Usually from my perspective, when I hit stuff that is clearly not ready for prime time, like wayland and wayland compositors (finally support added in 3.3.13 inxi, and extended in 3.3.14 and 15), mir (died before I needed to deal with it), I tend to wait and see if it improves or not. That's where I personally am putting btrfs full support in my internal priority list, probably will happen in the future sometime if some things change and improve, otherwise not worth the effort. I guess after doing this stuff, I get a certain perspective. I waited about 5 years to add bluetooth support for inxi, for example, due to lack of decent tools, and deprecated primary tools, but in the end, added it, though it's still not perfect, but it's not bad.
But I would hope synology is not making the mistake of putting two software based block device system stacked ontop of each other, after my tests, that's something I'd never do, all that happens is that the failure risk increases I think by much more than a doubling, since you add in the risk of failures from unanticipated negative interactions between the two types of logical volume handling. All this to me highlights why ZFS should have been the single solution, since it always was built to do this stuff natively, and has only seen steady improvements and developments since it was released, and in particular, now that it's largely being done as OpenZFS, which kind of freed zfs from its BSD roots, to the degree that now I think FreeBSD ships the linux focused OpenZFS.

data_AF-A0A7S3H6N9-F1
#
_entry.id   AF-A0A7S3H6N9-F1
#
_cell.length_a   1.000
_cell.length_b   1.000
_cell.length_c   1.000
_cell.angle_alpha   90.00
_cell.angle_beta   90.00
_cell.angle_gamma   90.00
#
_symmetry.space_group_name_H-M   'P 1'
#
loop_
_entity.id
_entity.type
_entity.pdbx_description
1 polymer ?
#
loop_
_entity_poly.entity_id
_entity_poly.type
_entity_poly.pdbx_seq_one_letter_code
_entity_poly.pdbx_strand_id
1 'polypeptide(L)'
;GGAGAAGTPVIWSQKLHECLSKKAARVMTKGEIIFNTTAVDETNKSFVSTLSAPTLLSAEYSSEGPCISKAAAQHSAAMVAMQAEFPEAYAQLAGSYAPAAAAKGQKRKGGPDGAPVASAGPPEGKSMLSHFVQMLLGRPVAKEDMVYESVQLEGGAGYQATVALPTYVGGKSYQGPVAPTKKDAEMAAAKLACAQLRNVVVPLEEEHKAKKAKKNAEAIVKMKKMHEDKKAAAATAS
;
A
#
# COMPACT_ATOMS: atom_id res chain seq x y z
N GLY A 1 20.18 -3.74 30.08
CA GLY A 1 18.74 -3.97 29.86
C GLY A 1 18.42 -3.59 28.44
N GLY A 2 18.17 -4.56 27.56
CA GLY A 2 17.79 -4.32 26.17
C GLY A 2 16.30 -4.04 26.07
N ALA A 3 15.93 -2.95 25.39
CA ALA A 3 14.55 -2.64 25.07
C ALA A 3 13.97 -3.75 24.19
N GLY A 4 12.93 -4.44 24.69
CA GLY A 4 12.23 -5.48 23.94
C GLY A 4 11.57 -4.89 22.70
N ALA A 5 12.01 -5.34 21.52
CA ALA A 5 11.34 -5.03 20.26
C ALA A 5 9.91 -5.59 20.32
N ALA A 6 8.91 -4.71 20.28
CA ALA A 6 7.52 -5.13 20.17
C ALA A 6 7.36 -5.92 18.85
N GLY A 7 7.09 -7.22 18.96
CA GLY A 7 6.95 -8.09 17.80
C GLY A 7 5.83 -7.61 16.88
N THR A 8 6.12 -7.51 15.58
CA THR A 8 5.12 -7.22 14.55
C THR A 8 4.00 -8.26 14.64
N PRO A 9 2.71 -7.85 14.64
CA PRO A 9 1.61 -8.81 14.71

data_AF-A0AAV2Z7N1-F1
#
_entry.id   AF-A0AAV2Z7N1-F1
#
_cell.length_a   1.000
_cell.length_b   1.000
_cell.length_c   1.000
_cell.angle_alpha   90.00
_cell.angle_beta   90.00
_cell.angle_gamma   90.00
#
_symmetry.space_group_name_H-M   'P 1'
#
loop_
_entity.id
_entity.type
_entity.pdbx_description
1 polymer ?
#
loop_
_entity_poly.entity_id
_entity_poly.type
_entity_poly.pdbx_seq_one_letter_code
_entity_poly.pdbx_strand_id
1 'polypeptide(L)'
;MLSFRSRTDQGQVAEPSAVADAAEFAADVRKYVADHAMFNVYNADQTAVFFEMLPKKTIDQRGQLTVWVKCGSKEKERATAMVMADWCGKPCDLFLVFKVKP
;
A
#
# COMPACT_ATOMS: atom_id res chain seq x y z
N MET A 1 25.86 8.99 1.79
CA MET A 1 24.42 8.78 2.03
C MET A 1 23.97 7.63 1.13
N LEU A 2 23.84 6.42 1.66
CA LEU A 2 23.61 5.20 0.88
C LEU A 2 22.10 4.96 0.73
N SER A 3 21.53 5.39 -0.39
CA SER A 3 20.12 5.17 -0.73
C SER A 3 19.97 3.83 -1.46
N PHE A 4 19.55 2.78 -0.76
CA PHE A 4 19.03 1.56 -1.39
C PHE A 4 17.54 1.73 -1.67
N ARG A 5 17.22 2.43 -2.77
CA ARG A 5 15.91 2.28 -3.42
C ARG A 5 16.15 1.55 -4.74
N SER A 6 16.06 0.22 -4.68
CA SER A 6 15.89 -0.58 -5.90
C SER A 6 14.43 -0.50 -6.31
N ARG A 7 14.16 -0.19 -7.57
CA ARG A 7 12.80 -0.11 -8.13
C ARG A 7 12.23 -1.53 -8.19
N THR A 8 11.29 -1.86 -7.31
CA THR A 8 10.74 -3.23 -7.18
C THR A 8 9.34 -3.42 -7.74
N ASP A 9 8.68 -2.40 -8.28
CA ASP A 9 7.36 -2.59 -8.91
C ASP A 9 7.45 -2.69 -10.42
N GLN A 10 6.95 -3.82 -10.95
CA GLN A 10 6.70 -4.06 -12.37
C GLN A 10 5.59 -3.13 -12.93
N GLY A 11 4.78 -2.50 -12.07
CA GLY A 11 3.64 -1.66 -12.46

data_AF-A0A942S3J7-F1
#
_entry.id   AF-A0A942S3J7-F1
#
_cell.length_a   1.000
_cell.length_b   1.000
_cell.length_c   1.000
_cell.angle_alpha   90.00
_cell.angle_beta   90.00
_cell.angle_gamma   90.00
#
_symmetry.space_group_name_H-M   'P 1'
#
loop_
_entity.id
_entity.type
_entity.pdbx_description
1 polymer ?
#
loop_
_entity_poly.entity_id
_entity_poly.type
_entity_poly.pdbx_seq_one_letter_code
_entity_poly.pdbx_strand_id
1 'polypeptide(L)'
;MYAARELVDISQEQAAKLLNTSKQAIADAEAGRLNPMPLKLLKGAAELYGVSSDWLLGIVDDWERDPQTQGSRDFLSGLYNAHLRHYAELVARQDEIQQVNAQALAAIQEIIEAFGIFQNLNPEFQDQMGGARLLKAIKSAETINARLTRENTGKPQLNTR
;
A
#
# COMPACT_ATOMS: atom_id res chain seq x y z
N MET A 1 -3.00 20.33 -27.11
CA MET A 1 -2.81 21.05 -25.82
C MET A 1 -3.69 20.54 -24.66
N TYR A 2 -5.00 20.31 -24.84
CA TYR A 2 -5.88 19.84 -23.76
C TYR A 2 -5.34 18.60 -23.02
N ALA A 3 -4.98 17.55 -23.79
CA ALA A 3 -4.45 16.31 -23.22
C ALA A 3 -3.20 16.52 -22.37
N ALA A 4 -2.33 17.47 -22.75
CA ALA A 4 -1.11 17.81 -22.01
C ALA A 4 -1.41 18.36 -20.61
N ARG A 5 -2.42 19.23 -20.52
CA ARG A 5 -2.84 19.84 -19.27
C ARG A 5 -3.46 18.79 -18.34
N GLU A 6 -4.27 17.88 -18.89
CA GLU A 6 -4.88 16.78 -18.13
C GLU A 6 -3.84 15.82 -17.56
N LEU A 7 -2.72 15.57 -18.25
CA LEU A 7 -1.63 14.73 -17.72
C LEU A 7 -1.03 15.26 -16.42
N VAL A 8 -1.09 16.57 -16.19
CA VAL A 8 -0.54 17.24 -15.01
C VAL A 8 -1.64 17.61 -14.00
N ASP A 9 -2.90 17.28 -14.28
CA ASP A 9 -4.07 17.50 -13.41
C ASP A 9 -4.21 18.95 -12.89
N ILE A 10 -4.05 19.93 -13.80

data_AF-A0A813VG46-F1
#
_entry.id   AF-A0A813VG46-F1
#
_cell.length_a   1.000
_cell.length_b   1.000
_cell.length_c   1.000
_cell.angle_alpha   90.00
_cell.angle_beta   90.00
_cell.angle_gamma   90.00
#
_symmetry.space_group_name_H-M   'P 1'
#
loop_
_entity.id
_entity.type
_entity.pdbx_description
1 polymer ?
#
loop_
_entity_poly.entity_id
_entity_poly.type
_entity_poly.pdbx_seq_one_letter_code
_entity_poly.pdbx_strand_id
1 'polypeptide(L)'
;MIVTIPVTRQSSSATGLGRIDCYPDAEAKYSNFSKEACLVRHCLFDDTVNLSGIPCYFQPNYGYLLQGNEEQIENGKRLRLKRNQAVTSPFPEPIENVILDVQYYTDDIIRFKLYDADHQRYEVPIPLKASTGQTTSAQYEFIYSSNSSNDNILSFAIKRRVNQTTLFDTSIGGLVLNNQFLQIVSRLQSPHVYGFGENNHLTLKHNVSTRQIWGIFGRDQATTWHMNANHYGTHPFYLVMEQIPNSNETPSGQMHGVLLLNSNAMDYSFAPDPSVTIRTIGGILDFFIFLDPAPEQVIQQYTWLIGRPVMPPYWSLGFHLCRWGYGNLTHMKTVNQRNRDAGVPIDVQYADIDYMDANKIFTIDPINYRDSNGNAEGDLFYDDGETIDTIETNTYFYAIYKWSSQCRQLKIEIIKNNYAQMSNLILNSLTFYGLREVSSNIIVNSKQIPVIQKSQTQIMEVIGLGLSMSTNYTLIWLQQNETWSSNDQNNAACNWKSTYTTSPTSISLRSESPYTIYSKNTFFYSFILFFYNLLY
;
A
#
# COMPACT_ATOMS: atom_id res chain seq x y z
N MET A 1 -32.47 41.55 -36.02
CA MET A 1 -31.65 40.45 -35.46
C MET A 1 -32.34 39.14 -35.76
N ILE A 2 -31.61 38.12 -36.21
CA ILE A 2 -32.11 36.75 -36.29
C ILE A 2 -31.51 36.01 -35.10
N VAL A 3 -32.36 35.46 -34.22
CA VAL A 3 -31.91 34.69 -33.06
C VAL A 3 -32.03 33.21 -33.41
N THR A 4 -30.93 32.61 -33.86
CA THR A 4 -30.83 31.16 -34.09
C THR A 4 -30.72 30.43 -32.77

I read up a bit more on synology os, and would personally just avoid it, why use something that has no real documentation and where you are dependent on a corporation for everything, seems to be against the entire point of using free software and operating systems in the first place, just make a real server with a real distro, and call it good.